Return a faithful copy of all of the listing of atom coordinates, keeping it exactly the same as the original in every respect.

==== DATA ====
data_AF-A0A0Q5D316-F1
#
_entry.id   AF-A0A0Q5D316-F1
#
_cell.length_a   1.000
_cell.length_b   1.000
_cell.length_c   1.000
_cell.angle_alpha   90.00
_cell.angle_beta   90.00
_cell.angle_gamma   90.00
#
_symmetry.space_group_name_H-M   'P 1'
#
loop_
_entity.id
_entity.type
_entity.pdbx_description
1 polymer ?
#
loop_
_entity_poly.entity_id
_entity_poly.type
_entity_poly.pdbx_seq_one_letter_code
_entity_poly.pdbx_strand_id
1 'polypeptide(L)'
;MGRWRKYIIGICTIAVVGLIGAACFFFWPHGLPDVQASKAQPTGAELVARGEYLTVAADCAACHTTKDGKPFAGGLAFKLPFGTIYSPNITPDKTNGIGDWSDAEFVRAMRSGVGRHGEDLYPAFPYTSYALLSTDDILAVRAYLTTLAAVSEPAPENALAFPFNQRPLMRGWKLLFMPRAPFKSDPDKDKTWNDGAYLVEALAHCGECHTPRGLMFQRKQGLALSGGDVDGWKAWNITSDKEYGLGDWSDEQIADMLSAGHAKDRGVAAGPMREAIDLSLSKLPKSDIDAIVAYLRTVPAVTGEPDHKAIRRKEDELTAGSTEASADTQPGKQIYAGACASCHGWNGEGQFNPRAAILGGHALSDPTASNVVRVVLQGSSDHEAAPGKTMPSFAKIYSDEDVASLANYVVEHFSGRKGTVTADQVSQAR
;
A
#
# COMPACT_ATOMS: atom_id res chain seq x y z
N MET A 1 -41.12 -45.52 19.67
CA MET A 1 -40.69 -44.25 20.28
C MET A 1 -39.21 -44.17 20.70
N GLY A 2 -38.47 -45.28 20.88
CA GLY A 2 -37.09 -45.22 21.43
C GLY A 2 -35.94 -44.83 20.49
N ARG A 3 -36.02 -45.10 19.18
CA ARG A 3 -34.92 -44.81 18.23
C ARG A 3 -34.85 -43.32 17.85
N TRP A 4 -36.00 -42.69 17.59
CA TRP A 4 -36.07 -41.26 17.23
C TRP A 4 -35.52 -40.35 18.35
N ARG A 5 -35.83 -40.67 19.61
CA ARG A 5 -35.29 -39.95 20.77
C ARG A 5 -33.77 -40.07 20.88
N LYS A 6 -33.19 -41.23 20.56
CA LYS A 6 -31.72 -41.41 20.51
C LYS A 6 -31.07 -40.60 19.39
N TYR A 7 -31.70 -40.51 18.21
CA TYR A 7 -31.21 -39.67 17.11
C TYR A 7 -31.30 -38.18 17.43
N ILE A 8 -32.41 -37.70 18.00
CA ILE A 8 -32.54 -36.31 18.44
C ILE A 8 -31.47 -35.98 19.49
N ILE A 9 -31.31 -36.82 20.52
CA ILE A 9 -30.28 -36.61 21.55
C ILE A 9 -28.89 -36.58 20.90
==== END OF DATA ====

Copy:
data_AF-A0A0Q5D316-F1
#
_entry.id   AF-A0A0Q5D316-F1
#
_cell.length_a   1.000
_cell.length_b   1.000
_cell.length_c   1.000
_cell.angle_alpha   90.00
_cell.angle_beta   90.00
_cell.angle_gamma   90.00
#
_symmetry.space_group_name_H-M   'P 1'
#
loop_
_entity.id
_entity.type
_entity.pdbx_description
1 polymer ?
#
loop_
_entity_poly.entity_id
_entity_poly.type
_entity_poly.pdbx_seq_one_letter_code
_entity_poly.pdbx_strand_id
1 'polypeptide(L)'
;MGRWRKYIIGICTIAVVGLIGAACFFFWPHGLPDVQASKAQPTGAELVARGEYLTVAADCAACHTTKDGKPFAGGLAFKLPFGTIYSPNITPDKTNGIGDWSDAEFVRAMRSGVGRHGEDLYPAFPYTSYALLSTDDILAVRAYLTTLAAVSEPAPENALAFPFNQRPLMRGWKLLFMPRAPFKSDPDKDKTWNDGAYLVEALAHCGECHTPRGLMFQRKQGLALSGGDVDGWKAWNITSDKEYGLGDWSDEQIADMLSAGHAKDRGVAAGPMREAIDLSLSKLPKSDIDAIVAYLRTVPAVTGEPDHKAIRRKEDELTAGSTEASADTQPGKQIYAGACASCHGWNGEGQFNPRAAILGGHALSDPTASNVVRVVLQGSSDHEAAPGKTMPSFAKIYSDEDVASLANYVVEHFSGRKGTVTADQVSQAR
;
A
#
# COMPACT_ATOMS: atom_id res chain seq x y z
N MET A 1 -41.12 -45.52 19.67
CA MET A 1 -40.69 -44.25 20.28
C MET A 1 -39.21 -44.17 20.70
N GLY A 2 -38.47 -45.28 20.88
CA GLY A 2 -37.09 -45.22 21.43
C GLY A 2 -35.94 -44.83 20.49
N ARG A 3 -36.02 -45.10 19.18
CA ARG A 3 -34.92 -44.81 18.23
C ARG A 3 -34.85 -43.32 17.85
N TRP A 4 -36.00 -42.69 17.59
CA TRP A 4 -36.07 -41.26 17.23
C TRP A 4 -35.52 -40.35 18.35
N ARG A 5 -35.83 -40.67 19.61
CA ARG A 5 -35.29 -39.95 20.77
C ARG A 5 -33.77 -40.07 20.88
N LYS A 6 -33.19 -41.23 20.56
CA LYS A 6 -31.72 -41.41 20.51
C LYS A 6 -31.07 -40.60 19.39
N TYR A 7 -31.70 -40.51 18.21
CA TYR A 7 -31.21 -39.67 17.11
C TYR A 7 -31.30 -38.18 17.43
N ILE A 8 -32.41 -37.70 18.00
CA ILE A 8 -32.54 -36.31 18.44
C ILE A 8 -31.47 -35.98 19.49
N ILE A 9 -31.31 -36.82 20.52
CA ILE A 9 -30.28 -36.61 21.55
C ILE A 9 -28.89 -36.58 20.90